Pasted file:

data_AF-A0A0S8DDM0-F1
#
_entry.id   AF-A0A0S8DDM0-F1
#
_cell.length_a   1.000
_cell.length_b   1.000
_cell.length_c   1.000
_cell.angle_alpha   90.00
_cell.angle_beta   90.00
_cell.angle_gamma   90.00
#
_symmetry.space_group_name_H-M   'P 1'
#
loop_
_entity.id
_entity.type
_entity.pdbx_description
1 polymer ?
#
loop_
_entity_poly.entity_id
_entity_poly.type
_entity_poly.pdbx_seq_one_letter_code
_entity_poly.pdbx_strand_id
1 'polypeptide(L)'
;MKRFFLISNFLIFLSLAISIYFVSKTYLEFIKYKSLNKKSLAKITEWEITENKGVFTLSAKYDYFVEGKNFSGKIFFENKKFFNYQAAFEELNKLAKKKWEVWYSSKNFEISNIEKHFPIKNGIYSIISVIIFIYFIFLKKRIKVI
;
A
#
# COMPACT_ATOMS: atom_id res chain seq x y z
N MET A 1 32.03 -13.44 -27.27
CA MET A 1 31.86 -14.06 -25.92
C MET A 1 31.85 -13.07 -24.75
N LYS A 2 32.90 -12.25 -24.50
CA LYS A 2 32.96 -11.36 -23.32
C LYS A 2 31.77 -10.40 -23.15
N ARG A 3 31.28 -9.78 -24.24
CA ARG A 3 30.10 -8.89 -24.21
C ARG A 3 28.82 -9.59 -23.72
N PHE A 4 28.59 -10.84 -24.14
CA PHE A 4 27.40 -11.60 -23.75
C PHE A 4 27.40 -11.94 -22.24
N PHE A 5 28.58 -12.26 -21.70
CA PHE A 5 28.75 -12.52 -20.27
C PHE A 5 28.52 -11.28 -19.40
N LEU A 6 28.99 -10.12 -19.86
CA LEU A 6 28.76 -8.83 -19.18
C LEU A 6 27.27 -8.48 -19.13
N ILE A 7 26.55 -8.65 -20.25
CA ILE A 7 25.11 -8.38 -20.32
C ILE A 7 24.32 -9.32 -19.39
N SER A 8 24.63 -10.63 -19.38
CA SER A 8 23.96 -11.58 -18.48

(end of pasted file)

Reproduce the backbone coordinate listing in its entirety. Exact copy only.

data_AF-A0A0S8DDM0-F1
#
_entry.id   AF-A0A0S8DDM0-F1
#
_cell.length_a   1.000
_cell.length_b   1.000
_cell.length_c   1.000
_cell.angle_alpha   90.00
_cell.angle_beta   90.00
_cell.angle_gamma   90.00
#
_symmetry.space_group_name_H-M   'P 1'
#
loop_
_entity.id
_entity.type
_entity.pdbx_description
1 polymer ?
#
loop_
_entity_poly.entity_id
_entity_poly.type
_entity_poly.pdbx_seq_one_letter_code
_entity_poly.pdbx_strand_id
1 'polypeptide(L)'
;MKRFFLISNFLIFLSLAISIYFVSKTYLEFIKYKSLNKKSLAKITEWEITENKGVFTLSAKYDYFVEGKNFSGKIFFENKKFFNYQAAFEELNKLAKKKWEVWYSSKNFEISNIEKHFPIKNGIYSIISVIIFIYFIFLKKRIKVI
;
A
#
# COMPACT_ATOMS: atom_id res chain seq x y z
N MET A 1 32.03 -13.44 -27.27
CA MET A 1 31.86 -14.06 -25.92
C MET A 1 31.85 -13.07 -24.75
N LYS A 2 32.90 -12.25 -24.50
CA LYS A 2 32.96 -11.36 -23.32
C LYS A 2 31.77 -10.40 -23.15
N ARG A 3 31.28 -9.78 -24.24
CA ARG A 3 30.10 -8.89 -24.21
C ARG A 3 28.82 -9.59 -23.72
N PHE A 4 28.59 -10.84 -24.14
CA PHE A 4 27.40 -11.60 -23.75
C PHE A 4 27.40 -11.94 -22.24
N PHE A 5 28.58 -12.26 -21.70
CA PHE A 5 28.75 -12.52 -20.27
C PHE A 5 28.52 -11.28 -19.40
N LEU A 6 28.99 -10.12 -19.86
CA LEU A 6 28.76 -8.83 -19.18
C LEU A 6 27.27 -8.48 -19.13
N ILE A 7 26.55 -8.65 -20.25
CA ILE A 7 25.11 -8.38 -20.32
C ILE A 7 24.32 -9.32 -19.39
N SER A 8 24.63 -10.63 -19.38
CA SER A 8 23.96 -11.58 -18.48